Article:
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Israeli study: Seal-like furry robot found to reduce pain and increase happiness

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Researchers at the Ben-Gurion University of the Negev have found that a one-time, short session with a seal-like furry robot called PARO can reduce pain, increase happiness and reduce levels of ‘love hormone’ oxytocin

By ILANIT CHERNICK

As children, furry animal toys were our best friends and a source of comfort when feeling alone or sad.

Well, researchers at the Ben-Gurion University of the Negev (BGU) have found that a one-time, short session with a seal-like furry robot called PARO – not so different to the furry friends we loved as children – can reduce pain, increase happiness and reduce levels of ‘love hormone’ oxytocin.

Several recent studies have found that human-to-human contact bolsters mood and reduces pain in several. 

However, as COVID-19 surges around the world, human-to-human contact is not always available especially for those who live alone or far from family and friends.

This is what encouraged Dr. Shelly Levy-Tzedek of BGU’s Physical Therapy Department and postdoctoral fellow Dr. Nirit Geva to research whether or not a furry social robot could induce similar effects created by human-to-human interaction.

The study, which was run by Geva, used PARO, a Japanese-produced social robot that looks like a furry white seal that makes seal-like noises and moves its head and flippers in response to being touched and spoken to.

Speaking to IsraelNewsStand, Levy-Tzedek said that even before COVID-19 hit, “we, as a society, have been experiencing growing levels of loneliness, and many older adults do not have frequent social interactions that include pleasant touch, which has been shown to reduce stress and pain.” 

She highlighted that pets can also provide relief from stress and pain, but not everyone can have one, “for a variety of reasons (including allergies, difficulties taking care of the animals on a daily basis, or living in an assisted-living facility). We set out to study whether a robotic pet can help relieve pain, as a (hopefully temporary) supplement at times when social interactions are limited.”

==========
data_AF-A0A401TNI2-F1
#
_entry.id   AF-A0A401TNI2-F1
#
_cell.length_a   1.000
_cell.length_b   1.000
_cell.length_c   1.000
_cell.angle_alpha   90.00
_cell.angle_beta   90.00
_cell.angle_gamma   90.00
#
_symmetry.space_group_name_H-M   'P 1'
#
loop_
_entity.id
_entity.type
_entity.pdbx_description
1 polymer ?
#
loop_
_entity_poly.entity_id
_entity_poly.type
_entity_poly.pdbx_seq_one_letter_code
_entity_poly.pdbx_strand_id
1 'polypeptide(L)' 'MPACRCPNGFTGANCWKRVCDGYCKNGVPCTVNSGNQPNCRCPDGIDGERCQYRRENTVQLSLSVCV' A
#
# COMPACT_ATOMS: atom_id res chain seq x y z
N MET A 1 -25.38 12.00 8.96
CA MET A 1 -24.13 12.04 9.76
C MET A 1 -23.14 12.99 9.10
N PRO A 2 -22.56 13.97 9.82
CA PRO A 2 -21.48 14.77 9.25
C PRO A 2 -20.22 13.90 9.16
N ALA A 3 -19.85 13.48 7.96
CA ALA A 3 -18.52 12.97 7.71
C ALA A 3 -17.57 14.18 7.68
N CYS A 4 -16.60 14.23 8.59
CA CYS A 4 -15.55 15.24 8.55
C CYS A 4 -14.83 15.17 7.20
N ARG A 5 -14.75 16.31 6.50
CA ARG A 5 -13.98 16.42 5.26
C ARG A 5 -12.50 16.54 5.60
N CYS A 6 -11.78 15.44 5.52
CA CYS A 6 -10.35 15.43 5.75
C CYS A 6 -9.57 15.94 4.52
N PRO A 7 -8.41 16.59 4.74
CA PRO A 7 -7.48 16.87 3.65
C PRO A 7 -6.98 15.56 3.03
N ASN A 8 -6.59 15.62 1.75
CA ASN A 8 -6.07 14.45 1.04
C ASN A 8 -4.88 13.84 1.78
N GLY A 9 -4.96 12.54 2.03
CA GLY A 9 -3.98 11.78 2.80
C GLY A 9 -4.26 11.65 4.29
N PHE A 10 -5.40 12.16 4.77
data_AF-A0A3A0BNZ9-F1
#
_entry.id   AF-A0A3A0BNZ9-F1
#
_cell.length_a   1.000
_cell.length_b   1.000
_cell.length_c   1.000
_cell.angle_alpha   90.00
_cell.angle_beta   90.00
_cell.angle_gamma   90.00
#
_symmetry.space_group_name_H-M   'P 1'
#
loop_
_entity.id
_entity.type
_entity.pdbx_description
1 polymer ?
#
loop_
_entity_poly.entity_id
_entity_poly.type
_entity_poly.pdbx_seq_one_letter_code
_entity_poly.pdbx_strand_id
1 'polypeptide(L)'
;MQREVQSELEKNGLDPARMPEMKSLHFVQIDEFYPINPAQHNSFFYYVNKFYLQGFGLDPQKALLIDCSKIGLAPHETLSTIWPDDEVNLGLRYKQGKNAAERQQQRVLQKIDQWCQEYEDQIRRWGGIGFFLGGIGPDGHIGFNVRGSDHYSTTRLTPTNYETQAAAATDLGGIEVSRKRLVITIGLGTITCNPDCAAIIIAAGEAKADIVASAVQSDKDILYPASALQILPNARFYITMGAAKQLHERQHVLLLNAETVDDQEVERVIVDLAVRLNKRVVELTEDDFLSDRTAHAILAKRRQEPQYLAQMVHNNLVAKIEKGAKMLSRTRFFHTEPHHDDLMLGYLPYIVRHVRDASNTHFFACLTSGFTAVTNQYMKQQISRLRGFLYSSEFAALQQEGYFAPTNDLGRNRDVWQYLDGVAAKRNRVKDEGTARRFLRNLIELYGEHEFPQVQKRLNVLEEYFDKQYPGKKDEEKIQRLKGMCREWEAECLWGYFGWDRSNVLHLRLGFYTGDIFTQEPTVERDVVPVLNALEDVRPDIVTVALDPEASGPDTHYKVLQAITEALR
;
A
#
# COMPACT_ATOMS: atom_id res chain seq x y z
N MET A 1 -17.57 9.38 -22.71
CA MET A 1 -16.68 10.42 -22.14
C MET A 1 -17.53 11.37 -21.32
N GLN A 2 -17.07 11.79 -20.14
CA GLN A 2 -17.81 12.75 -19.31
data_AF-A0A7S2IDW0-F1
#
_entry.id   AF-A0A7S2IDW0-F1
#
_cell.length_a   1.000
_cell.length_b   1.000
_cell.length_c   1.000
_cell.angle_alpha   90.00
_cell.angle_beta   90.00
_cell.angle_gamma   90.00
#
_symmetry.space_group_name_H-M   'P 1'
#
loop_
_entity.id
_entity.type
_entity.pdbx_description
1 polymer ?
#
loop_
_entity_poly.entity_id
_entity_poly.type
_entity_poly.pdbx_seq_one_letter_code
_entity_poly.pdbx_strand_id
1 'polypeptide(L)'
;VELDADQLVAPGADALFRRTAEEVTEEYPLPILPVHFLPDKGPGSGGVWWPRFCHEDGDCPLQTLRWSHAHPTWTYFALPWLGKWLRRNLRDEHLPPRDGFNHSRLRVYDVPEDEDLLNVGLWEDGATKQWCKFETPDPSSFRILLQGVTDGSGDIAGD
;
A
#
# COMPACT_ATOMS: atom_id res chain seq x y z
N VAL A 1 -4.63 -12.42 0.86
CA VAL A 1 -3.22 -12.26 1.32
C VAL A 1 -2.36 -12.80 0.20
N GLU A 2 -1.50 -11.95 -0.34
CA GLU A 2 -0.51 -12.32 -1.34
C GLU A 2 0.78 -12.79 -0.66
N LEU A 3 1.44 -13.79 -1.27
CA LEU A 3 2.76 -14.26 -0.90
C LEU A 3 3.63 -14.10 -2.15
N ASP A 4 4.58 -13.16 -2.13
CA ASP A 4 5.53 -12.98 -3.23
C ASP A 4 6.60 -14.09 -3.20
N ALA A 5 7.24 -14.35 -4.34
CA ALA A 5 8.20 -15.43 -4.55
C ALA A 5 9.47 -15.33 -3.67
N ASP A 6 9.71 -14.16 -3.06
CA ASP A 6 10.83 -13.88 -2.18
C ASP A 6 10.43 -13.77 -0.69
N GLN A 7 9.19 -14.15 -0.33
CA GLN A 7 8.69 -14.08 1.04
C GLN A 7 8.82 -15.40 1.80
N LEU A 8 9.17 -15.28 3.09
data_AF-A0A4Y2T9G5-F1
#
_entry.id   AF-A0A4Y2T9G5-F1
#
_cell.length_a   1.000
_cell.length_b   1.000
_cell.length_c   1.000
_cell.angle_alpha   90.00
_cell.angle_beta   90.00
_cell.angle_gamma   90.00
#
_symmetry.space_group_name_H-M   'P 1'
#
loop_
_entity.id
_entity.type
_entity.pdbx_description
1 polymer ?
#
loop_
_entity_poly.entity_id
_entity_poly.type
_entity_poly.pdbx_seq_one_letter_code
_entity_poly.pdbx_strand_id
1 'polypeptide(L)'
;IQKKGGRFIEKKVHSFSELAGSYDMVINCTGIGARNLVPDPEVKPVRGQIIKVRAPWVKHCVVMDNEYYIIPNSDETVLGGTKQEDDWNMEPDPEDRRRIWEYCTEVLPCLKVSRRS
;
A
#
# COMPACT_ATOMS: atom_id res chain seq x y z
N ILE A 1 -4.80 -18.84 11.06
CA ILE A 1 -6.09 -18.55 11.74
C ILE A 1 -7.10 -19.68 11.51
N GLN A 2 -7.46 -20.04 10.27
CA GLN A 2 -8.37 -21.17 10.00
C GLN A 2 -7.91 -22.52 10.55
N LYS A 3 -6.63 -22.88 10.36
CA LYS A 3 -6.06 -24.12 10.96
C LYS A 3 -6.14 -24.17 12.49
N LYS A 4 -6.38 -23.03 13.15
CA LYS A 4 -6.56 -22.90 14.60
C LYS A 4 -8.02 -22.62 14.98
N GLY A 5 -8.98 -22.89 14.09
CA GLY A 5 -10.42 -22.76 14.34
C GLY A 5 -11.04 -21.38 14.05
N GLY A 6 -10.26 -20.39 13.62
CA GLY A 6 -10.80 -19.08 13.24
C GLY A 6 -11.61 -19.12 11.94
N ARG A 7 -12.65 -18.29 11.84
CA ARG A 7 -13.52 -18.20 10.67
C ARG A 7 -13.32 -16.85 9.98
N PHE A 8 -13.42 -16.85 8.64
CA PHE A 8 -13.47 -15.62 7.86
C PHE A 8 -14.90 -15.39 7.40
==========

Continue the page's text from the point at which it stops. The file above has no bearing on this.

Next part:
Levy-Tzedek and her team discovered that a one-time interaction with PARO, which lasted less than an hour, did indeed improve mood and reduced mild and severe pain. 

When participants touched PARO, they experienced greater pain reduction than when it was simply present in the room with them.

 Dr. Nirit Geva, the postdoctoral fellow who ran the study.
(Photo credits: Dr. Shelly Levy-Tzedek/BGU)

Asked why, from a physiological perspective the researchers saw such results, Levy-Tzedek explained that it was because of the sense of touch.

“Touch – but not just any touch – is effective in reducing pain perception,” she stressed. “It has to be a welcome, meaningful, positive touch. We hypothesize that the reason we see such a strong effect of touching PARO is that participants felt they formed a social connection with it, and that facilitated the reduction in pain perception. Indeed, those who reported they were able to connect well with the robotic seal experienced a greater reduction in pain.”

The researchers also discovered lower levels of oxytocin in those who interacted with PARO than in the control group participants, who did not meet PARO at all. 

“High oxytocin levels have been found in mothers playing with their children and between romantic partners, and has sometimes been called the ‘love hormone,’ so a lower level of oxytocin is surprising,” they said. 

But according to more recent studies, they pointed out that outside of close relationships, oxytocin production is an indicator of stress “and therefore a reduction could indicate relaxation.”

Addressing how this could change the face of pain management in the future, Levy-Tzedek told IsraelNewsStand that PARO can be used “to help manage pain and improve emotional state, and thus help improve the quality of life. 

“These findings are particularly relevant now, during COVID-19, when we are instructed to keep a social distance from other people, including close ones, and there is a reduction in the availability of close affective touch,” she explained. “A social robot may help in this period – not as a permanent solution, but as a temporary one.” 

She concluded that the “findings offer new strategies for pain management and for improving well-being, which are particularly needed at this time, when social distancing is a crucial factor in public health.”

Their research was just published in Peer-reviewed journal Scientific Reports.

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